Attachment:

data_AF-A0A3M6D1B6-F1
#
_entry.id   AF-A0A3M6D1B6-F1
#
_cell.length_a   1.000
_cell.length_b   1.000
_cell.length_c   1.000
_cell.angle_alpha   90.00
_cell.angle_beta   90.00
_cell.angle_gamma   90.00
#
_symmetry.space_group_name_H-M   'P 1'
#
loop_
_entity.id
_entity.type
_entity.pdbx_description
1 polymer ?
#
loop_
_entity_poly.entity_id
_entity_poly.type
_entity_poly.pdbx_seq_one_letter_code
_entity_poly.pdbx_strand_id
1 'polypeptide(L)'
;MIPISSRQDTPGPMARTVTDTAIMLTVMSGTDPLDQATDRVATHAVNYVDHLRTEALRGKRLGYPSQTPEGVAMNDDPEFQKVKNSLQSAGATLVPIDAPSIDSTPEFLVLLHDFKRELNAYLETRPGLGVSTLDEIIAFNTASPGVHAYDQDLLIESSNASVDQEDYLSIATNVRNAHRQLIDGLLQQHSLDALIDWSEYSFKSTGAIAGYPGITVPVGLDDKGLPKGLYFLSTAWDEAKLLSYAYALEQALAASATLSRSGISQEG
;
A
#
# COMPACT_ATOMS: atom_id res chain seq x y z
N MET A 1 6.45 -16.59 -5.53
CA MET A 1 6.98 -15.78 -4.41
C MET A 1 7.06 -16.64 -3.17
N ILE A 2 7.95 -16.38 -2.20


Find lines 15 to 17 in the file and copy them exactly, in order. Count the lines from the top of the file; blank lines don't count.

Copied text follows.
_entity.id
_entity.type
_entity.pdbx_description